Diana Manilla Arroyo was a project co-ordinator for Medecins Sans Frontieres (MSF) in Rhino camp for six months. “There’s a lot of problems with water supply” in the camp, she says. A survey by MSF in May 2017 revealed that just under 20 percent of households had received any menstrual supplies, despite almost 90 percent of them having at least one menstruating woman or girl living there.
Grace Fuambe, a teacher at Vurra Cope Primary School in Rhino camp tells News Deeply menstruation is a problem for the schoolgirls there.
“They miss school, one day a month,” she says, adding that the school has experienced shortages of reusable pads, water supply issues and at one stage had only one girls’ toilet.
Addressing the stigma
Through WoMena’s pilot, all women and girls at Rhino camp received training on how to insert and remove the cups, wash the AFRIPads and manage menstrual pain. Participants were given menstrual calendars to track their cycles.
In highly religious and conservative Uganda, the biggest challenge in getting females to use the cups was stigma related to virginity, says menstrual health trainer Nakalema.
“They think that when you insert the cup, it is going to tear your hymen and you’re not a virgin anymore.”
But after training, which also involved parents and teachers, product uptake was high, with 61 percent using the cups and 100 percent using the reusable pads, according to WoMena’s report on the pilot.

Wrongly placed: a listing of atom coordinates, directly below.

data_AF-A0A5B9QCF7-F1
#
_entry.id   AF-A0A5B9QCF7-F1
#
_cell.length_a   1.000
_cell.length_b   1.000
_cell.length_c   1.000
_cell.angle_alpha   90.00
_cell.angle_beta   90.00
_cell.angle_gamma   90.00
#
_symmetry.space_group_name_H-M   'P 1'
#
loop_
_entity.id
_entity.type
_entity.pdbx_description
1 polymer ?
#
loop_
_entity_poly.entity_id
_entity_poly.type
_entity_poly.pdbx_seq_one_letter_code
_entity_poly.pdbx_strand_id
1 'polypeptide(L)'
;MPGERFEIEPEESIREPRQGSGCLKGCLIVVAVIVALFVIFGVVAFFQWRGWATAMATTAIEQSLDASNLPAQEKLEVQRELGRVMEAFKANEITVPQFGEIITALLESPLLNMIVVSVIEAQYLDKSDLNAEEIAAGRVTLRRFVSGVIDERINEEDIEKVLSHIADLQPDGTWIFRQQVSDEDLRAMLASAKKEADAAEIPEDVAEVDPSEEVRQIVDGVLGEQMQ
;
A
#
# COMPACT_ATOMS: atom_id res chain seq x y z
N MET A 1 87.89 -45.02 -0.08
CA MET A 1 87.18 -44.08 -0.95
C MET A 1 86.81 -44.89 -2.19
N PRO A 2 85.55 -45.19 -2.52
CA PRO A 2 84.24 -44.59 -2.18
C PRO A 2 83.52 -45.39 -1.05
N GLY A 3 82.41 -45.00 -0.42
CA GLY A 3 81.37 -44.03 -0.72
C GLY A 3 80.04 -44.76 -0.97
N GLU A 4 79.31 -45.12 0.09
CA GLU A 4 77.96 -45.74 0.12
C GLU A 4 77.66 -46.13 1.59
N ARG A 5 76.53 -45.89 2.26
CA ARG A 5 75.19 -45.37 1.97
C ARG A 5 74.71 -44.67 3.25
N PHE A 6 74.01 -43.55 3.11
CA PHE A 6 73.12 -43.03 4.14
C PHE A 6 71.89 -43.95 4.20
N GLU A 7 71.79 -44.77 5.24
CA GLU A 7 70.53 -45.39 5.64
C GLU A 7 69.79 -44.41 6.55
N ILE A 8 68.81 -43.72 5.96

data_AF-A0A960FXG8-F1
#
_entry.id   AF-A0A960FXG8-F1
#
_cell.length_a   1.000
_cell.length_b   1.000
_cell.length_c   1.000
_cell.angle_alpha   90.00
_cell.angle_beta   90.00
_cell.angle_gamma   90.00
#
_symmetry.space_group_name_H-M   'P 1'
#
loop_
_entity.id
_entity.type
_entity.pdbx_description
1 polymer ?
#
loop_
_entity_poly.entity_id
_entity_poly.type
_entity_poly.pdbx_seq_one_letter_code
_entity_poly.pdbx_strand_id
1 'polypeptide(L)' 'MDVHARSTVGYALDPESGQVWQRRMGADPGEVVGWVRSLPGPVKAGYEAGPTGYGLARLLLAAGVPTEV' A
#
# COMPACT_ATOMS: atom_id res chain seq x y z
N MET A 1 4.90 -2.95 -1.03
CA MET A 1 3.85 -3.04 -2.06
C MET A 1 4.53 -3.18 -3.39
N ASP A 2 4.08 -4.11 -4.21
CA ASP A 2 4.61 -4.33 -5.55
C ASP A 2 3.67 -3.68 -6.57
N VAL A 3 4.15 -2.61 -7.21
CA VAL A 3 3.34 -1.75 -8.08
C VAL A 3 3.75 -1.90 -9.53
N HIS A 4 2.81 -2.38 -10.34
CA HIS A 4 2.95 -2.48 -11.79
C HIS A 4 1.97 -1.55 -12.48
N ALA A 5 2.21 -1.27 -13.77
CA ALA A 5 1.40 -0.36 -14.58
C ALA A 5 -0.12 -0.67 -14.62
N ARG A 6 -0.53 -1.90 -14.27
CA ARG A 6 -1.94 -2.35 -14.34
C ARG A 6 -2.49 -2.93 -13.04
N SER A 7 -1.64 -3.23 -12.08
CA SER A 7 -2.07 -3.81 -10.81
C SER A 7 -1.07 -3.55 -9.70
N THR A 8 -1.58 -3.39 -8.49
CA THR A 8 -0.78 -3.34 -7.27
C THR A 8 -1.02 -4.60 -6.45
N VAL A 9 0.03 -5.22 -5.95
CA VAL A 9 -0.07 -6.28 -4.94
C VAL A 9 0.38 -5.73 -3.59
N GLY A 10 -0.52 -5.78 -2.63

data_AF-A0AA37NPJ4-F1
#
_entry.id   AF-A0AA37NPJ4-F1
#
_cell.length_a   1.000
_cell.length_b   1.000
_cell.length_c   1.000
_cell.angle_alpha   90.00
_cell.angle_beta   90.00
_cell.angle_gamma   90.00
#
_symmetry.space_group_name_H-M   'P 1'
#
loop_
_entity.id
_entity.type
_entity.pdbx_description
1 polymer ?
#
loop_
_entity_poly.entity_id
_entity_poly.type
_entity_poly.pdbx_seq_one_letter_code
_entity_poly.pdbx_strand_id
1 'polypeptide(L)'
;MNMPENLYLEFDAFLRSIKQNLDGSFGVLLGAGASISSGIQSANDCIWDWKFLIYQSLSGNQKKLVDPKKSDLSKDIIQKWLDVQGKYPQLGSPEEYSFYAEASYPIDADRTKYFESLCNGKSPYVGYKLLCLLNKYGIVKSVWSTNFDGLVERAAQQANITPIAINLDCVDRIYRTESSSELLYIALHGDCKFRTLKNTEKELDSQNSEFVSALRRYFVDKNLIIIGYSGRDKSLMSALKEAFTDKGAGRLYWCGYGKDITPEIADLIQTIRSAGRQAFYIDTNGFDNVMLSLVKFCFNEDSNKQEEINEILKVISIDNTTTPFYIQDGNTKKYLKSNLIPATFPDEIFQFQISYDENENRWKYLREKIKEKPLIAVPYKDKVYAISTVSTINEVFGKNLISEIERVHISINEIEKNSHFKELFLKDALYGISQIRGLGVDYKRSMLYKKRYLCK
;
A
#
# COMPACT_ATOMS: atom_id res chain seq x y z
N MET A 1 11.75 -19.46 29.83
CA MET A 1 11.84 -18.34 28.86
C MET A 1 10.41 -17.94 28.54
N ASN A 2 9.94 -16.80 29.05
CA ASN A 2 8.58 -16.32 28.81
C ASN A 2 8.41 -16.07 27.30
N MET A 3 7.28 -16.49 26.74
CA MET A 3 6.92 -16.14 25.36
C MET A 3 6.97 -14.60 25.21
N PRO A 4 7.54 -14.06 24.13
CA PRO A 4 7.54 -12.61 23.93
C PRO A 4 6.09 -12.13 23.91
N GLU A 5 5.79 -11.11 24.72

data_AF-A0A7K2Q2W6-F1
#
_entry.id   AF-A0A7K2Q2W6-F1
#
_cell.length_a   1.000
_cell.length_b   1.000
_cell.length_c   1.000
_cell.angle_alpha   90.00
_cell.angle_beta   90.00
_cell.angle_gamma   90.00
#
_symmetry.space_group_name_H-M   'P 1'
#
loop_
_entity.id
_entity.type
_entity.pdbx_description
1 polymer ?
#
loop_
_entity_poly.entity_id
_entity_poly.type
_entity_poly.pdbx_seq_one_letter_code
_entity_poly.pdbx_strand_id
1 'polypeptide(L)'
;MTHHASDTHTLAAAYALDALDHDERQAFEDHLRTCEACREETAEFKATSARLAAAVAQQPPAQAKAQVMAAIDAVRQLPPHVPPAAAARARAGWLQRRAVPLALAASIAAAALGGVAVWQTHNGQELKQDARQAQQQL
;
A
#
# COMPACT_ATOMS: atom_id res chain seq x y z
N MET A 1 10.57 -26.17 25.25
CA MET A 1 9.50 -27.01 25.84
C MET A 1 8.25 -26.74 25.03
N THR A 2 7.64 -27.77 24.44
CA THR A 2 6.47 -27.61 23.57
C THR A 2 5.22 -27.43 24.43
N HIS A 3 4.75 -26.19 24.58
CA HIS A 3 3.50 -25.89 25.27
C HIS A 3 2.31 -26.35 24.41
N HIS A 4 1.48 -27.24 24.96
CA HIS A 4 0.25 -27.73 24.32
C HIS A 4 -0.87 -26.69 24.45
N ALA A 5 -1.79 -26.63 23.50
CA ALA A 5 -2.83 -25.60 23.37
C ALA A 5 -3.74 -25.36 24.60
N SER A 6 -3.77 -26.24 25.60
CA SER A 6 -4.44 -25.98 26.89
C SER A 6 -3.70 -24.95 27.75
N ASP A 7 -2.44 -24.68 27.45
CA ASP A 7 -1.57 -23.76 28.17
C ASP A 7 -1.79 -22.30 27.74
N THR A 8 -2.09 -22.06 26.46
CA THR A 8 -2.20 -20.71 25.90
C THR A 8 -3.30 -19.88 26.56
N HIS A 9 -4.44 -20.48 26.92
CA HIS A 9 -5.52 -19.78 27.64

Of the women using cups, 11 percent said they had challenges with insertion, removal and, in some cases, cleaning. Others worried that other people would see them emptying the cups. But the vast majority – 81 percent – said there was nothing they didn’t like about them.
Before coming to Rhino camp from South Sudan, Jovia*, 16, would use old clothes or emergency pads from school whenever she got her period. Now in Uganda, she uses menstrual cups.
“The first time I saw the cups I was really afraid. I said, ‘This thing is too big, how can I use it?’” she says.
“I have now used them for almost three months.”
“I have not missed school.”
*Last names have been withheld to protect their identities.